14 June 2019Follow @igormaka
CocoaPods 1.7.2 brings with it the final version of CDN support for the trunk specs repo.
It's been a tale of ridiculous scale, unintended consequences and free open-source plans. CocoaPods is moving to use a CDN which is located at https://cdn.cocoapods.org/ and is still considered experimental. A future release will make it the default spec source.
A CDN is a Content Delivery Network - what this means for CocoaPods is that using CocoaPods won't require you to have a local copy of all the public Podspecs on your computer. Saving you about a GB of file storage, and shaving a lot of time off
Scaling when free and open source
CocoaPods is a free, open-source project run by maintainers in their spare time. As such, it depends on the good graces and sponsorships of multiple tech companies. The initial decision was to store the specs in a GitHub repo, a common practice for a free, open-source project for storing such metadata.
The first hurdles of scale were encountered in 2016, when traffic to the master spec repo has caused GitHub to rate-limit all operations.
A comment from GitHub at the time stated that this repo alone was using 5 whole server CPUs and consuming terabytes upon terabytes of bandwidth.
The crisis was averted by sharding the repo to improve algorithmic performance and by limiting all first-time clones to being shallow.
This has solved GitHub's problem, but CocoaPods' users still had to deal with unsatisfactory performance.
Git as a Database
Git was invented at a time when "slow network" and "no backups" were legitimate design concerns. Running endless builds as part of continuous integration wasn't commonplace. CDN wasn't so commonly available.
There are many stories of git repos hitting the hard envelope of git's design constraints. Microsoft's Windows repo is one example. CocoaPods is another.
At the time of writing, the spec repo had:
- almost 400k commits - half of the Linux Kernel repo!
- over 400k directories
- over 300k spec files
These numbers have caused the repo to take minutes to clone, long times to update and have wasted uncountable CI time. It has also proven to be resistant to tarballing, as this sort of directory structure hits a bottleneck in
tar as well.
Directory Listing Denied
It was obvious to many that the spec repo should be put behind a CDN, but there were several constraints:
- It had to be a free CDN, as the project is free and open-source.
- It had to allow some way of obtaining directory listings, for retrieving versions of pods.
- It had to auto-update from GitHub as the source of truth.
The first implementation was a shell script, polling GitHub and piping
ls into index files. This ran on a machine that was not open or free and therefore could not be the true solution. Nevertheless, this auto-updated repo was put behind a jsDelivr CDN and the client interfacing with it was released in 1.7.0 labeled "highly experimental".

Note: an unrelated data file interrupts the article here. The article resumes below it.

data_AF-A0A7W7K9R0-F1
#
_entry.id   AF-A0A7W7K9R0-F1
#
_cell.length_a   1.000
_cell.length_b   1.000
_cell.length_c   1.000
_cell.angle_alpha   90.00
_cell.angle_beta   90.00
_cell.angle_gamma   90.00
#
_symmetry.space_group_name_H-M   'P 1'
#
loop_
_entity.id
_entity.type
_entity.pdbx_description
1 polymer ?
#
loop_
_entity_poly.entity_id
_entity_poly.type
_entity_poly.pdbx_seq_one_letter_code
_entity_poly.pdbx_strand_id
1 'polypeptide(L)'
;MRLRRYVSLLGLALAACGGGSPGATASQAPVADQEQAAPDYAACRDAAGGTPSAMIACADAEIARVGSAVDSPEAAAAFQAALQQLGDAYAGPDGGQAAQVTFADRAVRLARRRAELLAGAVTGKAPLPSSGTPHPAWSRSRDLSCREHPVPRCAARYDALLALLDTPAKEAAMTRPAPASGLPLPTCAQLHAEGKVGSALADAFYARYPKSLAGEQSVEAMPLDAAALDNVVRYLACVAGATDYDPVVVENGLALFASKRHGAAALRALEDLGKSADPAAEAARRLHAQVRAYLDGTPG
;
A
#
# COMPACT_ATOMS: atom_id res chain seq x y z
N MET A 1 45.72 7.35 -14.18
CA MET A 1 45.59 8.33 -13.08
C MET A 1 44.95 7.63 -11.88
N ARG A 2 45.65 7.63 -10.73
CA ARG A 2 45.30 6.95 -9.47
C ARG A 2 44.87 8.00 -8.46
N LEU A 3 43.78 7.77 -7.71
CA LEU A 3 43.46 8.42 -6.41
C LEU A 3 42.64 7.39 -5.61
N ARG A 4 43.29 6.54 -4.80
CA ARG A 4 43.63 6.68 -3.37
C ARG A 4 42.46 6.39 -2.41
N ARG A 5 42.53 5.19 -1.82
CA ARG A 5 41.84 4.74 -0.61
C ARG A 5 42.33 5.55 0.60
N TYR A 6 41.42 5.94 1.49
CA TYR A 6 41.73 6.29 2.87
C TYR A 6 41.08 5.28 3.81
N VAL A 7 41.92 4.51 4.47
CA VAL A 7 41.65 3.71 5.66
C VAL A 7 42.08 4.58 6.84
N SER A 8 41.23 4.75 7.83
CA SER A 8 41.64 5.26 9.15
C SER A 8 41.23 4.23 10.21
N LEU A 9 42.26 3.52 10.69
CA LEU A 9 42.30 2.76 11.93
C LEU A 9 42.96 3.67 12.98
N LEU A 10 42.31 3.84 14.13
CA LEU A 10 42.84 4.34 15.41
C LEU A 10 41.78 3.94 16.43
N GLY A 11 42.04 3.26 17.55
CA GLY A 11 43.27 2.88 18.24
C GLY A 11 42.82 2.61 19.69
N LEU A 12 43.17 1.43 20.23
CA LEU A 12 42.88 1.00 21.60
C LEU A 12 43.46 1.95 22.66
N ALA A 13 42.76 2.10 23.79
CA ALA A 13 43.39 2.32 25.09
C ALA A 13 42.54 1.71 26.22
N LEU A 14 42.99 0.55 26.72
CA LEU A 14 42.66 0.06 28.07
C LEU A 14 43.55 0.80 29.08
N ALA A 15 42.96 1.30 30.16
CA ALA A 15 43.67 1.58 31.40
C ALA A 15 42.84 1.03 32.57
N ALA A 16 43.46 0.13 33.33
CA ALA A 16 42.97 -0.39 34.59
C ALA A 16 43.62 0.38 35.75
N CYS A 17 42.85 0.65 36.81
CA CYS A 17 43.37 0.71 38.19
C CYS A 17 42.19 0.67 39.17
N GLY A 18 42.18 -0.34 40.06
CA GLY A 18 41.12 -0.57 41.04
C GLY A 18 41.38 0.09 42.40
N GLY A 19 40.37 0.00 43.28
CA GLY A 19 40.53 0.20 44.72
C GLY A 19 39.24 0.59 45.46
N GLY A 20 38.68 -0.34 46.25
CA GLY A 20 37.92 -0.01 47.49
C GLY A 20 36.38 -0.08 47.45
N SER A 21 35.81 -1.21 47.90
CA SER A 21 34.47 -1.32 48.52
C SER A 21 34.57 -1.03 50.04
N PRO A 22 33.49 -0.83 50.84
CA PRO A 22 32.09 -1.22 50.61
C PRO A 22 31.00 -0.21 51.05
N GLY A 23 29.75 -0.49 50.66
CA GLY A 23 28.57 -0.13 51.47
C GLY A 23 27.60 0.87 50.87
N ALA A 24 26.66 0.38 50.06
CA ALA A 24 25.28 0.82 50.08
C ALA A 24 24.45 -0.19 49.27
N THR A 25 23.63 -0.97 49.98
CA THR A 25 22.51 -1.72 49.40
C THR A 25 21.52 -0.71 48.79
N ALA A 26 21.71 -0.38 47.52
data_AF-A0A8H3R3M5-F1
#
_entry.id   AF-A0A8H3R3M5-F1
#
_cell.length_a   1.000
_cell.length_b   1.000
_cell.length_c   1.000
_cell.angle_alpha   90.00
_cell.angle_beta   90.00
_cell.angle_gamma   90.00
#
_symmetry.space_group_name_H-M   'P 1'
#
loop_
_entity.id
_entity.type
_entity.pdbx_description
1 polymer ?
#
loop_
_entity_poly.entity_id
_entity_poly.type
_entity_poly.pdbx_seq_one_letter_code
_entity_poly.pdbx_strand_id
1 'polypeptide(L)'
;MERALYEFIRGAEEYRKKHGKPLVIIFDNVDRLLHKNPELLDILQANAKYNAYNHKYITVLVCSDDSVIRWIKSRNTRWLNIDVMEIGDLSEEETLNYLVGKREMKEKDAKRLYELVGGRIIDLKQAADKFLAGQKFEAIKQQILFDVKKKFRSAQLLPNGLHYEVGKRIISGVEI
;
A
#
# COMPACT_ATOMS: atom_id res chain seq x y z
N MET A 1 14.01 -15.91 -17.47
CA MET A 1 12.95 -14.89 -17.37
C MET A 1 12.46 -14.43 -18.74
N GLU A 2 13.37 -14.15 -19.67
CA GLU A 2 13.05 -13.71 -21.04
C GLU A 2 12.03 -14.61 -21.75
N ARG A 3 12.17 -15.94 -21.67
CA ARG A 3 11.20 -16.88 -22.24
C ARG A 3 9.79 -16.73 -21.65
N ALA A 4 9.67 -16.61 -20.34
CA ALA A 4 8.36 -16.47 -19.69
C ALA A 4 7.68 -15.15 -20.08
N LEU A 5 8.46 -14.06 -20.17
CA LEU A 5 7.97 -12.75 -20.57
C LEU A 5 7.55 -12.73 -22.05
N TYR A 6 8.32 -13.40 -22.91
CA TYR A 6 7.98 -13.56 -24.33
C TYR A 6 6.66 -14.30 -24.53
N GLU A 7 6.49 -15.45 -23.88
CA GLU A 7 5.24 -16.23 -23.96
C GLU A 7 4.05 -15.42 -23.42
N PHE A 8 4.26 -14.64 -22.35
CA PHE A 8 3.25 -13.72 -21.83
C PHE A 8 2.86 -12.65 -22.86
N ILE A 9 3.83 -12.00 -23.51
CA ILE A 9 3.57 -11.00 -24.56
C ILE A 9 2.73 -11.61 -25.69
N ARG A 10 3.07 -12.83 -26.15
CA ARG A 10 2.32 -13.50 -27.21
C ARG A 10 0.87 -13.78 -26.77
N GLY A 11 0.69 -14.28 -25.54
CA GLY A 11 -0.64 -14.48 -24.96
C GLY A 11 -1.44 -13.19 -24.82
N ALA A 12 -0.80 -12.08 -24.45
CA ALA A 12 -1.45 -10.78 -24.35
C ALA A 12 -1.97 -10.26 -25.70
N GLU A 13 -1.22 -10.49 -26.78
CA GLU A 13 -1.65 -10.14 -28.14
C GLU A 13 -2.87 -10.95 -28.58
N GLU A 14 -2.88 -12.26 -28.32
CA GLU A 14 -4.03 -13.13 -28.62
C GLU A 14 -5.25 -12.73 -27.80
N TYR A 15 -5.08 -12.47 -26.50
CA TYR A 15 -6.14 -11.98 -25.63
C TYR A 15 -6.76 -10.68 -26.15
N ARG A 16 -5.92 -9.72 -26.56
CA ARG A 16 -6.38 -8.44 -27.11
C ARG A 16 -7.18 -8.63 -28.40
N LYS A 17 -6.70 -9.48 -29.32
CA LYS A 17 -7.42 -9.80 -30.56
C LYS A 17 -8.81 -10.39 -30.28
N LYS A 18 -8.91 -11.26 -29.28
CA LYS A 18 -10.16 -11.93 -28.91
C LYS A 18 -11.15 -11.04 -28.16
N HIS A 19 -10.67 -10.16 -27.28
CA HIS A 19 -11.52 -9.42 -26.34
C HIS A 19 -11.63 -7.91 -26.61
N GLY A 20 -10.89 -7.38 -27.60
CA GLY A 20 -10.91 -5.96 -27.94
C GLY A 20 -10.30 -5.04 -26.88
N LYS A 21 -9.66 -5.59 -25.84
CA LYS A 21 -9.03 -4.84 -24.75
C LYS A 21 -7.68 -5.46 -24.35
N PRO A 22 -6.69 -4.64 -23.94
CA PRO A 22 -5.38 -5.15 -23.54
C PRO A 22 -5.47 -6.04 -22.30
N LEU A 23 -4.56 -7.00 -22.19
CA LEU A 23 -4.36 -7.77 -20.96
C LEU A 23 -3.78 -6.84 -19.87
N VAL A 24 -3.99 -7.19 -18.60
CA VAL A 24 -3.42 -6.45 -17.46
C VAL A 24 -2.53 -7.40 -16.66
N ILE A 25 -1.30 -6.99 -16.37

Final Lap with Netlify
The final version of the CDN for CocoaPods/Specs was implemented on Netlify, a static site hosting service supporting flexible site generation. This solution ticked all the boxes: a generous open-source plan, fast CDN and continuous deployment from GitHub.
Upon each commit, Netlify runs a specialized script which generates a per-shard index for all the pods and versions in the repo. If you've ever noticed that the directory structure for our Podspecs repo was strange, this is what we call sharding. An example of a shard index can be found at https://cdn.cocoapods.org/all_pods_versions_2_2_2.txt. This would correspond to
Additionally, we create an
all_pods.txt file which contains a list of all pods.
Finally, any other request made is redirected to GitHub's CDN.
Using the CDN for retrieving specs, while "finalized", should still be considered experimental until we switch it to be default.
To use the CDN source in your
If you don't have private specs:
If you have private specs:
source 'https://github.com/artsy/Specs.git' - source 'https://github.com/CocoaPods/Specs.git' + source 'https://cdn.cocoapods.org/'
Doing this will break your
Podfile.lock, so you are likely to need to run
pod update to see the changes (be careful, this may update your Pods also).
If you have a CI setup, it is recommended to cache the new repo dir as it is very small and would save even more time. With 1.7.2 it should be located at
~/.cocoapods/repos/cocoapods- (yes, with a
-), but we're looking to improve the naming in an upcoming release.
In an upcoming release, we are planning to make the CDN source the default source!
P.S. Thanks to @dnkoutso for all the release work!